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Celebrate the Season with Spring Pavlova

Celebrate the Season with Spring Pavlova
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This recipe and photos were provided by Sally Roeckell of Table and Dish and were originally published at

A Pavlova is always a show stopper, even though it is a simple rustic meringue that has only a few simple ingredients. I first learned how to make Pavlovas in France about five years ago. It was a great place to learn as the bakeries are teaming with them in all sizes, from bite-sized to really gigantic cookies. I knew I had to bring this recipe home and make it often. I’ve made many Pavlovas over the past few years. My daughter regularly requests it as her birthday “cake.” It has become my go-to dessert. Easy to make ahead and finish just before you need to serve it, making it perfect for in-laws and neighbors that drop by or something special to bring to a friend, dinner party or pot luck.

Great news! It’s gluten-free, so it is always a good dessert to serve if you have a friend or family member who follows a gluten-free diet. My gluten-free friends always appreciate when they can indulge in what is being served without having to have an alternative option.

Pavlova Cookies

At first glance a Pavlova might seem intimidating. It’s not! Aside from being super gorgeous, it is super easy to prepare. As long as you know what to look for and follow a few simple tips, your guests will be totally impressed.

You will know you’ve allowed the mixture to whip long enough when you can see a stiff peak as you pull the whisk attachment out of the mixture and turn it upside down.

Whipped Cream Peak

This is a dessert that is easy to make in all sizes. The cook time only varies by a few minutes. Even the small ones take about an hour in the oven. Watch them – if they start to form a crusty exterior and crack a bit, they are done. Once cooled to room temp, it’s time to add your toppings. Go crazy, let the kids choose. I’m a huge fan of lemons in all forms! The outside of the Pavlova is crunchy and the inside is chewy and sweet. The fresh cream or lemon curd adds a smooth texture and the result is a light, delicious treat.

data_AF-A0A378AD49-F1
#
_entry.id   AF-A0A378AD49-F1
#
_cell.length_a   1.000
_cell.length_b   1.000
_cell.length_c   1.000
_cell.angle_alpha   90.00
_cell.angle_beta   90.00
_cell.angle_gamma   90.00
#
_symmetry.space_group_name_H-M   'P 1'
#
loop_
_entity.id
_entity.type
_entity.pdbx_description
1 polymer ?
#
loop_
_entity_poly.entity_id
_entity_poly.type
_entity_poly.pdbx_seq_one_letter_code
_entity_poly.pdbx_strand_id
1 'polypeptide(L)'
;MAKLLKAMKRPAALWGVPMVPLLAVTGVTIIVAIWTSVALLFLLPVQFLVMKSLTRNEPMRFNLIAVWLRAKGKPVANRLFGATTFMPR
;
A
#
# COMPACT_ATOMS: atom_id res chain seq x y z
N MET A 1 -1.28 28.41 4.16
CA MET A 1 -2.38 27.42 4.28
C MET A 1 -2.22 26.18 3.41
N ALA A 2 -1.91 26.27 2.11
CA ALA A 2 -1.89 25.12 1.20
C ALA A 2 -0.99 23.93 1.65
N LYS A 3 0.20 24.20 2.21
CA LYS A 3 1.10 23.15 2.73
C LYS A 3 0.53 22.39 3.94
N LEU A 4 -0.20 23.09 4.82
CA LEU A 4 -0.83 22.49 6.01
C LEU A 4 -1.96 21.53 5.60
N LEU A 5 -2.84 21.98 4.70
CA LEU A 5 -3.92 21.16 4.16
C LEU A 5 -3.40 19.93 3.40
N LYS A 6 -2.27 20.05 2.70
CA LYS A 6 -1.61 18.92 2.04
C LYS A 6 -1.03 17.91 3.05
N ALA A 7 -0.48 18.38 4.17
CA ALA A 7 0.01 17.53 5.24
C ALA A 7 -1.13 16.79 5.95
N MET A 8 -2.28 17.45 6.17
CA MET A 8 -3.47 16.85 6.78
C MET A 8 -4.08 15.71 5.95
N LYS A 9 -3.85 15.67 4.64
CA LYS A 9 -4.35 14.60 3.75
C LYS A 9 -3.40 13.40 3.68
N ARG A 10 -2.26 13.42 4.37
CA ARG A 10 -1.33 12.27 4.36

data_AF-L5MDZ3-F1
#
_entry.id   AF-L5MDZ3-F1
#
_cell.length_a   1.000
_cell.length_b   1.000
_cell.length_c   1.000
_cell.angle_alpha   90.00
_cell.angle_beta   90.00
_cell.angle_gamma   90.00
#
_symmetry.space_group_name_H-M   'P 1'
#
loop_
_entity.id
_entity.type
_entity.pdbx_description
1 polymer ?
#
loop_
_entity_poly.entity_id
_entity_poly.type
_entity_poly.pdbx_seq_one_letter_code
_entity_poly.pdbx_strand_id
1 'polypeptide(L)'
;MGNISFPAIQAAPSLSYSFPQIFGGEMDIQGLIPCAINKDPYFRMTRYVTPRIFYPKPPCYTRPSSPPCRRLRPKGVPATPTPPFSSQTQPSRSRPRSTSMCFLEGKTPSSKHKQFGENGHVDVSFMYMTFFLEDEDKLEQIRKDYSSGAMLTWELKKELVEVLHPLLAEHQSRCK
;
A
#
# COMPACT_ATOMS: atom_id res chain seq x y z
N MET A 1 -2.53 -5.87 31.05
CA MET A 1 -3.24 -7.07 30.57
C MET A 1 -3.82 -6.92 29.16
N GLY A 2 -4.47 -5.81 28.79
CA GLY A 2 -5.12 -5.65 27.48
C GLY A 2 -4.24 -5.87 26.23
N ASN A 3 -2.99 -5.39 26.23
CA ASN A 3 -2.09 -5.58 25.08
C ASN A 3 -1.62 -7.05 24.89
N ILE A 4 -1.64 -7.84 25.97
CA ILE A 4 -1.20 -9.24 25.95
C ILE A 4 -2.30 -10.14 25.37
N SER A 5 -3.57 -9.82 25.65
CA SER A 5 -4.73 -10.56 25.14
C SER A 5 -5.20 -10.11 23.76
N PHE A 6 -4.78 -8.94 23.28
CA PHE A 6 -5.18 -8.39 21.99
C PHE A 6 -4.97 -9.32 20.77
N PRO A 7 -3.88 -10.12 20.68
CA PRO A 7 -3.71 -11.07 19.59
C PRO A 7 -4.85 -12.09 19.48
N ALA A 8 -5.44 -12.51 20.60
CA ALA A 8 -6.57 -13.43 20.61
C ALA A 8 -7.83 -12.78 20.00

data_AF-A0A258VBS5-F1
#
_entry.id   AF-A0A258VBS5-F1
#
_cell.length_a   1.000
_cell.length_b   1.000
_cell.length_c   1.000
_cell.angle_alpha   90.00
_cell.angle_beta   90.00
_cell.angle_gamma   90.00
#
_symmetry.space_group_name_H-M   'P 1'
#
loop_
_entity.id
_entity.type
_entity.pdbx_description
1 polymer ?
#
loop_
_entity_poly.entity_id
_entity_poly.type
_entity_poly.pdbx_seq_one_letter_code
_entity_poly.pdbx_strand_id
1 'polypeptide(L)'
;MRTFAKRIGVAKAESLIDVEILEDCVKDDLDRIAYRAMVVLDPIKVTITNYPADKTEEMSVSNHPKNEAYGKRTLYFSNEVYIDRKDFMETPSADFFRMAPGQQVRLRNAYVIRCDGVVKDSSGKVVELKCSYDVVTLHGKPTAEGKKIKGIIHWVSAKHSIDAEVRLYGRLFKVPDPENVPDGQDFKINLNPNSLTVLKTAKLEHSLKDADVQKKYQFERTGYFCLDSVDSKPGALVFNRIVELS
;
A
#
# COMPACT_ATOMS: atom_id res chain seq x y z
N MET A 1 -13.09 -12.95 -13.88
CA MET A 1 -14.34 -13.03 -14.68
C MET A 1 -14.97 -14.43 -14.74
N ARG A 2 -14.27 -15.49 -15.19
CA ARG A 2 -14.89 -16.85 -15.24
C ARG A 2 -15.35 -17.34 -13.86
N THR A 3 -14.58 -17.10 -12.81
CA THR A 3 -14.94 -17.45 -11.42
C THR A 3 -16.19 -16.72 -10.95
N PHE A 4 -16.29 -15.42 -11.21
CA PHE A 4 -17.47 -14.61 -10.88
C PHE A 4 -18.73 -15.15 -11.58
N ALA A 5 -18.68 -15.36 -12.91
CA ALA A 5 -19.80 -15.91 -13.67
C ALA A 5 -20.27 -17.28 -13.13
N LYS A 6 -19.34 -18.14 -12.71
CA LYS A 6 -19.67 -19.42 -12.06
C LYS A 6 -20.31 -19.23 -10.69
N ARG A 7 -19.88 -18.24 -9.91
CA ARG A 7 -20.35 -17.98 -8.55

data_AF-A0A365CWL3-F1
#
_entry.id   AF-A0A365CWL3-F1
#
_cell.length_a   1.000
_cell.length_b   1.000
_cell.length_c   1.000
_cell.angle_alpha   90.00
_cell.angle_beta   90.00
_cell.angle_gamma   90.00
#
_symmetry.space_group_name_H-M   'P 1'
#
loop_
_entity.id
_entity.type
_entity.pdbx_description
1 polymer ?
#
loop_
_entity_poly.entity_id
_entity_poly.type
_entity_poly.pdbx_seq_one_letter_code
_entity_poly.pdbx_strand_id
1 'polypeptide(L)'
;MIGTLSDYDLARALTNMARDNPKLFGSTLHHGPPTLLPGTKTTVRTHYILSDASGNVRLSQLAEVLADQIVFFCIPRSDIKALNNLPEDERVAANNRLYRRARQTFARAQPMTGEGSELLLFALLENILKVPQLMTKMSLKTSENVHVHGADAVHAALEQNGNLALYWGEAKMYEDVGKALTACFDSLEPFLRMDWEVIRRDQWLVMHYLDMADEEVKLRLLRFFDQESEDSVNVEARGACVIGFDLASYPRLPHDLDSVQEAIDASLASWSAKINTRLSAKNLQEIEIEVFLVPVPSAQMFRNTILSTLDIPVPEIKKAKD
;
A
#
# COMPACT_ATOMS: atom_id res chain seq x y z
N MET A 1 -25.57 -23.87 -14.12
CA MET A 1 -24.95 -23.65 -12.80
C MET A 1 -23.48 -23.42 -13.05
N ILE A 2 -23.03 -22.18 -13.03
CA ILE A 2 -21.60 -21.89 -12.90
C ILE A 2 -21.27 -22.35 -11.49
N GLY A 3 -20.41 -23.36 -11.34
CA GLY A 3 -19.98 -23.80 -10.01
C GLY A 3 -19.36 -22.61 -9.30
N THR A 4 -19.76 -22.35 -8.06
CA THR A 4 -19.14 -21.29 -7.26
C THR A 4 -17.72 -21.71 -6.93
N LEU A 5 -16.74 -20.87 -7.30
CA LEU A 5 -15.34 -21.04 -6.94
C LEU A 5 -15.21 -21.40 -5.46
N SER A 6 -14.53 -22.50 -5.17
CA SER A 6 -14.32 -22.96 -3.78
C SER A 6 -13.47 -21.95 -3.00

Spring Pavlova


For the Pavlova

  • 6 egg whites, room temperature
  • 1 1/4 cups white granulated sugar
  • 2 tsp corn starch
  • 1/2 Tbsp lemon juice
  • 1/2 Tbsp pure vanilla extract

For the Cream

  • 1 1/2 cups cold, heavy whipping cream
  • 2 tbsp white granulated sugar

For the Topping/Decor

  • 4-5 cups fresh fruit
    • Try kiwi, blueberries, raspberries, sliced strawberries, fresh figs + honey, lemon curd+ pistachios, bananas + passion fruit, etc.
  • Mint leaves for garnish (optional)
  • For a REALLY delicious option, skip the whipped cream and fruit and serve the crusty exterior, chewy interior Pavlova with a scoop of your favorite dark chocolate ice cream. I’m a fan of Jeni’s Darkest Chocolate ice cream. Seriously it’s called “Darkest Chocolate” – enough said, right!?


  1. Preheat the Oven to 225˚F. Line a large baking sheet with parchment paper
  2. Using your stand mixer, beat 6 egg whites on high speed until soft peaks form.
  3. The trick to the perfect Pavlova is making sure you whip enough air into the egg whites, so if you start with a bowl that’s even a little bit wet or contains even a trace of oil, the egg whites won’t aerate properly and the pavlova will sink in the middle. Avoid using a plastic bowl since plastic can absorb oil. Glass bowls are best, and metal bowls work well too.
  4. When you’re separating your egg whites from the yolks, make sure the yolks are intact. If any yolk gets into the whites they won’t aerate properly and you’ll have a hard time achieving the correct consistency for the meringue mixture .
  5. When you notice the egg whites have become quite foamy, begin to add the sugar very gradually, 1/4 cup at a time and beat 10 min on high speed, or until stiff peaks form. It will be smooth and glossy.